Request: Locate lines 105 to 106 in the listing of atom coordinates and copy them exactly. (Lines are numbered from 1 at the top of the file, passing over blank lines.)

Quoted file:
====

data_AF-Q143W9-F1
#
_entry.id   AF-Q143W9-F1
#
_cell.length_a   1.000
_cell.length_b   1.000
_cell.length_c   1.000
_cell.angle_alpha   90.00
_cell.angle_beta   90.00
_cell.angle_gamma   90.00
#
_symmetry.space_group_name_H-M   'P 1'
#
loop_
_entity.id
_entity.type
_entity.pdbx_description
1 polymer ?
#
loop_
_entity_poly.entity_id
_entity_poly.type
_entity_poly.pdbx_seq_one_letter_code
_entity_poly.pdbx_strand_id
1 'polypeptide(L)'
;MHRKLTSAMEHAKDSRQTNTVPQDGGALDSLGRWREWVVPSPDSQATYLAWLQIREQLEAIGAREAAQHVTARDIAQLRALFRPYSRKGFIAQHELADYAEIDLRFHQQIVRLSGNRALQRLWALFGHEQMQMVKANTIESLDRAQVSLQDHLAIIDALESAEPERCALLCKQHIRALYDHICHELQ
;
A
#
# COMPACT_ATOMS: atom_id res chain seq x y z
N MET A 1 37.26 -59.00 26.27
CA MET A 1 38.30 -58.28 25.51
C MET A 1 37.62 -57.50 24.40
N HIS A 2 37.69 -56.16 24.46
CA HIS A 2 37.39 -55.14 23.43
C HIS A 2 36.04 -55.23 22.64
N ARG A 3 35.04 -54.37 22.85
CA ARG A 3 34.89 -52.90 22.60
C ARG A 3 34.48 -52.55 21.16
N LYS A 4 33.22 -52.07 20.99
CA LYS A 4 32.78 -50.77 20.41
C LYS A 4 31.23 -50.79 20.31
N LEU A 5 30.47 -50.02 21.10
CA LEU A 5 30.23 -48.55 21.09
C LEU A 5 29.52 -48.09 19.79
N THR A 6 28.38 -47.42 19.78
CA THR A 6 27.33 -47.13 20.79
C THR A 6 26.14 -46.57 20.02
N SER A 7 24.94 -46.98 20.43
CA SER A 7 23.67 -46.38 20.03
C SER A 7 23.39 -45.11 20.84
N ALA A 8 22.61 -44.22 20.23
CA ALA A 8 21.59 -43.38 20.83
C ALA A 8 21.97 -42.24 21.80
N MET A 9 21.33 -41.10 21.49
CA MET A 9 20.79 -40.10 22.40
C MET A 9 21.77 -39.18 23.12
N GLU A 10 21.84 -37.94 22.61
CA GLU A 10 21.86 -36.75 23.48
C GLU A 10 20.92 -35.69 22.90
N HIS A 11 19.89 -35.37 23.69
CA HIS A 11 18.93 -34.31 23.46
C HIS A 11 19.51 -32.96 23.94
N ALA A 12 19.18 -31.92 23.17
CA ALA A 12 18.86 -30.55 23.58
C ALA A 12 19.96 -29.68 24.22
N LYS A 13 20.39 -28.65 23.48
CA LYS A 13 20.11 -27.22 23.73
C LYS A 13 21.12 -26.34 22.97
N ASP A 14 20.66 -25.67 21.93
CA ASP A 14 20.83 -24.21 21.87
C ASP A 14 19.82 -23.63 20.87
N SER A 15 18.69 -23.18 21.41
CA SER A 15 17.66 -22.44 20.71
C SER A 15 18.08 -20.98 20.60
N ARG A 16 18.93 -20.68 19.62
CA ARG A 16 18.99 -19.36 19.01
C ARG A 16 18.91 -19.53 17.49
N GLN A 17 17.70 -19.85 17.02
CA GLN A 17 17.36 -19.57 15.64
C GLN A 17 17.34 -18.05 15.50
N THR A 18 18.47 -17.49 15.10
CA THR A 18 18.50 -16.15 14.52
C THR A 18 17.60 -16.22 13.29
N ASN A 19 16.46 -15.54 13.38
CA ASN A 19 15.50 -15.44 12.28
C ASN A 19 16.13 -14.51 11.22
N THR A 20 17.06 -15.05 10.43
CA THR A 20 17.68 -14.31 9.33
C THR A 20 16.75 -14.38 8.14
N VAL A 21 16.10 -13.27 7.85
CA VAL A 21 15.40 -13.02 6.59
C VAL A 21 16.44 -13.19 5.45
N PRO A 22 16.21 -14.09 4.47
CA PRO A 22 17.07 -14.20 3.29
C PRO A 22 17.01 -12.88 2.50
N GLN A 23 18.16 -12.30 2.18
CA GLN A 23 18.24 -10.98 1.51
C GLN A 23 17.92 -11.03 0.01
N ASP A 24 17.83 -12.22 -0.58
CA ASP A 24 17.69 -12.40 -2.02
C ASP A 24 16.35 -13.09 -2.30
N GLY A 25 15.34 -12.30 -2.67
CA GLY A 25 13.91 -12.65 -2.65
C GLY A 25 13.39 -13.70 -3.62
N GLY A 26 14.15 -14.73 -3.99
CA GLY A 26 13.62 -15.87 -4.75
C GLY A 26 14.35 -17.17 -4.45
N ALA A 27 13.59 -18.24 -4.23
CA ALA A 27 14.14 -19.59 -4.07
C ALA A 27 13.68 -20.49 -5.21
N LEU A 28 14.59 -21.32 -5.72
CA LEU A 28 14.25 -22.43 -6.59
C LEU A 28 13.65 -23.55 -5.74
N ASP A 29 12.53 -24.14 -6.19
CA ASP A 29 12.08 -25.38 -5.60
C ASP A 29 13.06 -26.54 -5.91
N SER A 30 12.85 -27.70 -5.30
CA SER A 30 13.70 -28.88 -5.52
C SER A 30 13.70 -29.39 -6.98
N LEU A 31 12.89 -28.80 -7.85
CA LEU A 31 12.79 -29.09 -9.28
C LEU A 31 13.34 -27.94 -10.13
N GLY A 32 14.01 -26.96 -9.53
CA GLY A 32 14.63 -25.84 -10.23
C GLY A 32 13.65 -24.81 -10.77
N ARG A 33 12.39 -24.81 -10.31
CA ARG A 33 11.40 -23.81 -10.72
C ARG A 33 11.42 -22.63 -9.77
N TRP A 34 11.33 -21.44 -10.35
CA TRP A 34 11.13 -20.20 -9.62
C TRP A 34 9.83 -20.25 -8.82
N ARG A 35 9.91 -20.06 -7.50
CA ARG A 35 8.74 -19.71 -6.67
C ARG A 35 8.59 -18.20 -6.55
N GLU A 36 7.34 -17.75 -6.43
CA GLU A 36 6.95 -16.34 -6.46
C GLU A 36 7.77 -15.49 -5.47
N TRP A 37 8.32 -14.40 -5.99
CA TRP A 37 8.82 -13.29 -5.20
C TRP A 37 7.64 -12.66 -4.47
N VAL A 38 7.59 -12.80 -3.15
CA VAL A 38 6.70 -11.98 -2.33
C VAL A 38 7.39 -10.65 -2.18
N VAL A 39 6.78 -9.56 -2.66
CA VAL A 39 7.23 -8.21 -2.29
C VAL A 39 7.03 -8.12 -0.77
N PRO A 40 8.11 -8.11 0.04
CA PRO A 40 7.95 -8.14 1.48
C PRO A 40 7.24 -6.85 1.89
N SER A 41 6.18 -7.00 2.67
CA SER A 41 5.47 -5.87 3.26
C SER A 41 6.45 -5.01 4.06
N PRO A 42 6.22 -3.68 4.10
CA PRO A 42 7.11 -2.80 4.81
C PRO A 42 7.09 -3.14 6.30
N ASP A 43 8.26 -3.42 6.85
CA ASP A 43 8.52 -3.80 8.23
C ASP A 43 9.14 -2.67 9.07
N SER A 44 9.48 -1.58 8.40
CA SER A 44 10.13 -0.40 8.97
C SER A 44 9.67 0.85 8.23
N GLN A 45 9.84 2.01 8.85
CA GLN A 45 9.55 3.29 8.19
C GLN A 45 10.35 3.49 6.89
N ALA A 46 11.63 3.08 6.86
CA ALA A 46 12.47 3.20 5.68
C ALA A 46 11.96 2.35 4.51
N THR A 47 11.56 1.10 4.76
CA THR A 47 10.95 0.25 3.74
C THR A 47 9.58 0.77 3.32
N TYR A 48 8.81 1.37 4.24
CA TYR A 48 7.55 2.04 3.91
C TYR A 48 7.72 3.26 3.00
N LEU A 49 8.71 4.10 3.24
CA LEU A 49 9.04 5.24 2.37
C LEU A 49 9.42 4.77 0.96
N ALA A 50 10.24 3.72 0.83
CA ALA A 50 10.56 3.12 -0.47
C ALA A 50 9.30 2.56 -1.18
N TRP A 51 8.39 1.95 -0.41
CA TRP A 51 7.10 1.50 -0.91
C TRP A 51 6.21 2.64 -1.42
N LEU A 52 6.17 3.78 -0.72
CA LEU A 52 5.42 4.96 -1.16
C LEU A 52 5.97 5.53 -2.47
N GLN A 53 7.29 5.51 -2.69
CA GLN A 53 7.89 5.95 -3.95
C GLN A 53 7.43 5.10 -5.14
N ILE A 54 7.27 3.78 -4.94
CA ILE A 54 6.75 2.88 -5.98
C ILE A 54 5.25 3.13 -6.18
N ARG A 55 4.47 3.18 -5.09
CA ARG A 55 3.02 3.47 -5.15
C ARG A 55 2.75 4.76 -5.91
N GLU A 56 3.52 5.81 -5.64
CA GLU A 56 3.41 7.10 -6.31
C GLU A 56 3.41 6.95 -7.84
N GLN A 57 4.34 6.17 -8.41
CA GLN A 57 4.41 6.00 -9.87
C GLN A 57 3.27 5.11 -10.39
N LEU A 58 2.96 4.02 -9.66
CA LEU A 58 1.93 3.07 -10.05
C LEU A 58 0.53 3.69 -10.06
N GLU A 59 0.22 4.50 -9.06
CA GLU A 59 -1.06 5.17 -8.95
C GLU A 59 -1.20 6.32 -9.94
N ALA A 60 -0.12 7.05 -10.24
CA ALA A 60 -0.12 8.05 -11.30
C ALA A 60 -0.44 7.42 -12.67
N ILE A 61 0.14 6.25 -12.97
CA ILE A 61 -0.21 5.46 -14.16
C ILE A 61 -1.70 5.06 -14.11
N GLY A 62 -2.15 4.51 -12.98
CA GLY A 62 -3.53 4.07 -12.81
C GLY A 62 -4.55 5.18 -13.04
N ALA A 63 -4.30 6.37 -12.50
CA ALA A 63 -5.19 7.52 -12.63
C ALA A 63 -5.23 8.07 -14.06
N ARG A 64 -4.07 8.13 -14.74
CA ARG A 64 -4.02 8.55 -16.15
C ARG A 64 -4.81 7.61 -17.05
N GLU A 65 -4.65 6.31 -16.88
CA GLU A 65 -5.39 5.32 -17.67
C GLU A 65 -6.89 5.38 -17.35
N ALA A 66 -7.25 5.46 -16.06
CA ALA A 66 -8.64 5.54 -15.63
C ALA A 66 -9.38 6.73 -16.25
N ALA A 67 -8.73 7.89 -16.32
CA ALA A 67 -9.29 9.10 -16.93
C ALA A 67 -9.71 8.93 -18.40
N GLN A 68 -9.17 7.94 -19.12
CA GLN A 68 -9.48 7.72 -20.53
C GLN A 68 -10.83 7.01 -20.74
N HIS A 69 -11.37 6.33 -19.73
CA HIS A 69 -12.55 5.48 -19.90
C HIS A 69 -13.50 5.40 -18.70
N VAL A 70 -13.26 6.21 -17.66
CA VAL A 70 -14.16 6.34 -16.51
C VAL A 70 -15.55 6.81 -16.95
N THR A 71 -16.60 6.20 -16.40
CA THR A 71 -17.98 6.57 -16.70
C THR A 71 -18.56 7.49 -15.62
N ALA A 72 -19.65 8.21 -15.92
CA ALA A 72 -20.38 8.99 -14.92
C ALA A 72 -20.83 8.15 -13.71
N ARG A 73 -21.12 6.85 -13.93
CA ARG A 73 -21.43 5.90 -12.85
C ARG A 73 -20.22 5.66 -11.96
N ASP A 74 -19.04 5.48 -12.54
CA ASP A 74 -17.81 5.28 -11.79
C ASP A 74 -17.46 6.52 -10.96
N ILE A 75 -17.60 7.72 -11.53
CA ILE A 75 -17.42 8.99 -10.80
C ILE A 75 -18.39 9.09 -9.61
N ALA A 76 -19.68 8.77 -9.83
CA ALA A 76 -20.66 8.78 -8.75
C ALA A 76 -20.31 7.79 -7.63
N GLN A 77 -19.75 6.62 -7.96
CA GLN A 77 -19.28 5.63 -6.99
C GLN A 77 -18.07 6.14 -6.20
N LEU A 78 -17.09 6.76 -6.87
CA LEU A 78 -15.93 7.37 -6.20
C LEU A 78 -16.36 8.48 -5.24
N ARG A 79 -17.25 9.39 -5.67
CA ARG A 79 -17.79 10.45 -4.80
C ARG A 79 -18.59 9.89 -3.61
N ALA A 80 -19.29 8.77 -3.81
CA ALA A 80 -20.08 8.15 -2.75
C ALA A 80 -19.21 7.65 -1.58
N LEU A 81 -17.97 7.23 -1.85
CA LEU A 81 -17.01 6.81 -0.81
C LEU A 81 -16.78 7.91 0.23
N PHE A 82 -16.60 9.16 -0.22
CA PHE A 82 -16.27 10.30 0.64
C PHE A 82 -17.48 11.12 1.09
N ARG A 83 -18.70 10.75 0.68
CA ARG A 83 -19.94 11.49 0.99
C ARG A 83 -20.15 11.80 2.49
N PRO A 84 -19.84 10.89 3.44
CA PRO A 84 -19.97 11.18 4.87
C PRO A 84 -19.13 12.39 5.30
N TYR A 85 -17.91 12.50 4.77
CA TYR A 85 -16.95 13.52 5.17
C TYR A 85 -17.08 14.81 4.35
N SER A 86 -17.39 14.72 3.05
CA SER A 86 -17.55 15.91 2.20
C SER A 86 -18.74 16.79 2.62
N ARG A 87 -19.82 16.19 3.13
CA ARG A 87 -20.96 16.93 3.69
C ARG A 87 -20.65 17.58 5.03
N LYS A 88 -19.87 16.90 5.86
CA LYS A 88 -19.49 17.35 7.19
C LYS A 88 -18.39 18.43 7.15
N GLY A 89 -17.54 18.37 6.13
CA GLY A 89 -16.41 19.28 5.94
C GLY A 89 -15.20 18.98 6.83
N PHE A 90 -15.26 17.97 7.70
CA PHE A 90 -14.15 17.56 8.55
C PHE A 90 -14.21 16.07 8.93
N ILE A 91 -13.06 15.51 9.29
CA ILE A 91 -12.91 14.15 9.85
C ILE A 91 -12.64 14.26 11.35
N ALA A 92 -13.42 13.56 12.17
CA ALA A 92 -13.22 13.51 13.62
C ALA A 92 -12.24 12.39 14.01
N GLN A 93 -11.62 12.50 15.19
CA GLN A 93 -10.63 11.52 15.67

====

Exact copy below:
C GLY A 25 13.39 -13.70 -3.62
N GLY A 26 14.15 -14.73 -3.99